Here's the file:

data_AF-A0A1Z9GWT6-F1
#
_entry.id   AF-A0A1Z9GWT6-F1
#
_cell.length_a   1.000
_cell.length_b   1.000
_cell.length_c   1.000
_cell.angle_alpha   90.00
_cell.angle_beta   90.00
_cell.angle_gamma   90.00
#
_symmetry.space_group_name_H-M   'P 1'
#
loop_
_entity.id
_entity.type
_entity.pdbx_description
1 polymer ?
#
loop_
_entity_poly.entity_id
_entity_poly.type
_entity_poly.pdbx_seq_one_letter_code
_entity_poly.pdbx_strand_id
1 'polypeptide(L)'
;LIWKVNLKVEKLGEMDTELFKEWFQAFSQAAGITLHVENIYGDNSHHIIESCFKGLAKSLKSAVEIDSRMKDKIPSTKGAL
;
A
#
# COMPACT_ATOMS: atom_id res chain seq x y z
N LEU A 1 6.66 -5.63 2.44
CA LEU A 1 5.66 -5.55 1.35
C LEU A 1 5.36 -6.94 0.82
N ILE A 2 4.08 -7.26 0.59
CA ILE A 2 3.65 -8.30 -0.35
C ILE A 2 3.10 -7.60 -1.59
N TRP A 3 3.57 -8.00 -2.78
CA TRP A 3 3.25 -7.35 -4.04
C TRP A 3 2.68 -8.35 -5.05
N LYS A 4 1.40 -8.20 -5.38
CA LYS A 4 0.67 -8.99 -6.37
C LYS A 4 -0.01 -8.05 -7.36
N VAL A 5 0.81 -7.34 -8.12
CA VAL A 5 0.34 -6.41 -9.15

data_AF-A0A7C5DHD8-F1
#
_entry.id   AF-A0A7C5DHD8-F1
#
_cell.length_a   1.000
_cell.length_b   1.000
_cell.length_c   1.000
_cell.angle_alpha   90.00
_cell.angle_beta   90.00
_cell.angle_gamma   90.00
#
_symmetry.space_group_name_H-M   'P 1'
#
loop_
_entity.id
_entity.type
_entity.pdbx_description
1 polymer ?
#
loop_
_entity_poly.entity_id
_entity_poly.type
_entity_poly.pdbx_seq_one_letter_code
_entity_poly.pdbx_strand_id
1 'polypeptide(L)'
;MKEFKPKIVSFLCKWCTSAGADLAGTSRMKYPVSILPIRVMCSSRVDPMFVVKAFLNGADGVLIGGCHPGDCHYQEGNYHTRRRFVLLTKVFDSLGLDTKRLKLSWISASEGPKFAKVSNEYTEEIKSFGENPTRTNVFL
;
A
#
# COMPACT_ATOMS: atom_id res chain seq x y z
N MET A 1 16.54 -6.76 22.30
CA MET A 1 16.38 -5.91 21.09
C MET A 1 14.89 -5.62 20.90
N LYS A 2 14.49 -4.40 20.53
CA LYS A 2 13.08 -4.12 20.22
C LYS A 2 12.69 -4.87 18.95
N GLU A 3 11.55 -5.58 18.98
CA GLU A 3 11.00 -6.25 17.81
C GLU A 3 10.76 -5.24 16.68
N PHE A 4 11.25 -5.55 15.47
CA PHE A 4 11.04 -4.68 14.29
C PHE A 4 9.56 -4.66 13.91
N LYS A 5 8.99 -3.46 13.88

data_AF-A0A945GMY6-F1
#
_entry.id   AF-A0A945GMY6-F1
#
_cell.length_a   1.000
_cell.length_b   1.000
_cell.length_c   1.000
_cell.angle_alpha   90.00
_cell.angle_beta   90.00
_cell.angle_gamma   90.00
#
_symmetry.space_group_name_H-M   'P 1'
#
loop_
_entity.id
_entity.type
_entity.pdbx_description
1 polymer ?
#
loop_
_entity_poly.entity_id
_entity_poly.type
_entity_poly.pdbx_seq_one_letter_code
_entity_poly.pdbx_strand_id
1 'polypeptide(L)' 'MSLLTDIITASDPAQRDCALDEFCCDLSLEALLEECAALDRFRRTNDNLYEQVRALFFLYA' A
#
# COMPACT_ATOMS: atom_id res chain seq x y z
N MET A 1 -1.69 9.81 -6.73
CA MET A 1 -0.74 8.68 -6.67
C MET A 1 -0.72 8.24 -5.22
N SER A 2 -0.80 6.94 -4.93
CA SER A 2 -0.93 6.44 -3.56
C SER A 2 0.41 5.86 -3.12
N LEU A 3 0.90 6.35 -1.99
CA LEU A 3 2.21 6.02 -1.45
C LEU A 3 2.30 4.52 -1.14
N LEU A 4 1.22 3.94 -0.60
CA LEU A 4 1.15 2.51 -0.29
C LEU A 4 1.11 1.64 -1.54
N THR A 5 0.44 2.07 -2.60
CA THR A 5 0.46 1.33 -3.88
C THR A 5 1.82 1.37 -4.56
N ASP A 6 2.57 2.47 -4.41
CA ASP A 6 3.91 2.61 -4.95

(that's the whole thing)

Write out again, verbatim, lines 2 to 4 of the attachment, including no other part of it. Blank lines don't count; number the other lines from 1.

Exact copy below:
#
_entry.id   AF-A0A1Z9GWT6-F1
#